Tuesday, June 13, 2017

Great Smokies Traverse (SCAR FKT)

For several years I’ve wanted to run a traverse of Great Smoky Mountains National Park. The Appalachian Trail, (AT), bisects the park and creates a footpath which follows the North Carolina / Tennessee border along the high ridges of the range.  The 72 mile route runs from the park’s southwest corner to or from the northeast corner depending on direction of travel, and only has one road crossing near the 41 mile point.

The following is a description of the SCAR route from Peter Bakwin’s Fastest Known Time website, (http://fastestknowntime.proboards.com/thread/128/scar-tn-nc)  which tracks speed records across the country.

The Smokies Challenge Adventure Run (SCAR) is an unofficial 70+ mile traverse of the Great Smoky Mountains National Park along the Appalachian Trail, starting at Fontana Dam and going to Davenport Gap. The total elevation gain is 18,660', 12,800' in first 40 miles and 5860' in last 30 miles. On course aid and bail-out is only possible at 40 miles at Newfound Gap Road, and maybe not even there. All food and gear must be carried and water must be pulled from streams. The trail is technical, and there are a lot of steep climbs and descents all on singletrack.

This route rivals even the most mountainous ultramarathons in elevation gain. During the first 50 miles the elevation climbed per mile averages approximately 300’ per mile. Colorado's Hardrock 100 for instance, has 330’/mile. Virginia’s Grindstone 100 has 240’/mile. California’s Western States Endurance Run has 180’/mile. For non-runners, this means that for every mile you run, you must climb the equivalent of a 30 story building.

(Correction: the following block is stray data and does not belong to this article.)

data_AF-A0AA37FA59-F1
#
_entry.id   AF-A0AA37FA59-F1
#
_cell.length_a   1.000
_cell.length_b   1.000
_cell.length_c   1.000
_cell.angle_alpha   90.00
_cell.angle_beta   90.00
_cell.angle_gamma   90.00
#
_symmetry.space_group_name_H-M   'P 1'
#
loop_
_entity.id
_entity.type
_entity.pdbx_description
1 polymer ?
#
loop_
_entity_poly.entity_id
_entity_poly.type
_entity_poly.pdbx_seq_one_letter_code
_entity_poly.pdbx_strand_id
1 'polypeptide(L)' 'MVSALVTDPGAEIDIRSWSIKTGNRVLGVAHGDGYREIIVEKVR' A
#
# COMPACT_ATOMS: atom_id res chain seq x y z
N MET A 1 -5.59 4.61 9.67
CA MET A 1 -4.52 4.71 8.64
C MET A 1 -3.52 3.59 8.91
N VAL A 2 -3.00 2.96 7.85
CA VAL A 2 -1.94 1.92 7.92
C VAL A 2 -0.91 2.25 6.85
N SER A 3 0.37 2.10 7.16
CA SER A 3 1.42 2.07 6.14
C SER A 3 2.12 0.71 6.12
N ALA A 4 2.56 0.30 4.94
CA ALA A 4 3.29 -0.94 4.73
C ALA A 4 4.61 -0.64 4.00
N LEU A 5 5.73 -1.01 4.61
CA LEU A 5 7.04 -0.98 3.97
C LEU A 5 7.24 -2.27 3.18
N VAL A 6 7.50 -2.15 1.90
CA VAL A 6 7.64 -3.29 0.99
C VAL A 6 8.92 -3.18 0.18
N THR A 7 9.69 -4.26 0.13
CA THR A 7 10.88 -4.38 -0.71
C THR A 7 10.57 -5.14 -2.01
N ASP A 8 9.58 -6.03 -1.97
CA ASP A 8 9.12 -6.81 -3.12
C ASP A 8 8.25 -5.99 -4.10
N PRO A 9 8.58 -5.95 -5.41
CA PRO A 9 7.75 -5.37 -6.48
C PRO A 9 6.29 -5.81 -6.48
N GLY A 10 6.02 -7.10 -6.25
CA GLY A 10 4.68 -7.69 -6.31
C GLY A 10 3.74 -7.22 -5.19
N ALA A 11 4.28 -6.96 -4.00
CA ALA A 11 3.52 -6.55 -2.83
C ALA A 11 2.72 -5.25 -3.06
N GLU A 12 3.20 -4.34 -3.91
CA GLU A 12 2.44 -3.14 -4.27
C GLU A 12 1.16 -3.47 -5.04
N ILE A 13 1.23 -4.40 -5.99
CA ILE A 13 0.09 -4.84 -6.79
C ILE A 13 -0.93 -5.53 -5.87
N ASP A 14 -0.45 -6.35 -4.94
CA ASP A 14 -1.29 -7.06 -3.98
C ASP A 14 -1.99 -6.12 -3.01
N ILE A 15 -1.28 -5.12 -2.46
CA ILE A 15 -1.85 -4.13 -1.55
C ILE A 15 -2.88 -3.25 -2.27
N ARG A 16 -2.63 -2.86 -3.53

The course is challenging not only due to the elevation gain, but also because of the lack of road crossing to get support or water. Runners must descend from the actual route/trail and add in off-route mileage to find springs from which to pull water, then they must climb back up to the route/trail which straddles the highest ridge of the Smokies crest and proceed on their way.

I started at Fontana Dam at 6:00am sharp and the sun provided just enough light to run without the aid of headlamp. If my plan went according to schedule, I would finish before 8:50pm and not need a headlamp for the duration of the venture. The current speed record, or, Fastest Known Time (FKT) is held by David Worth at a time of 14 hours and 50 minutes, hence the 8:50pm finish time goal.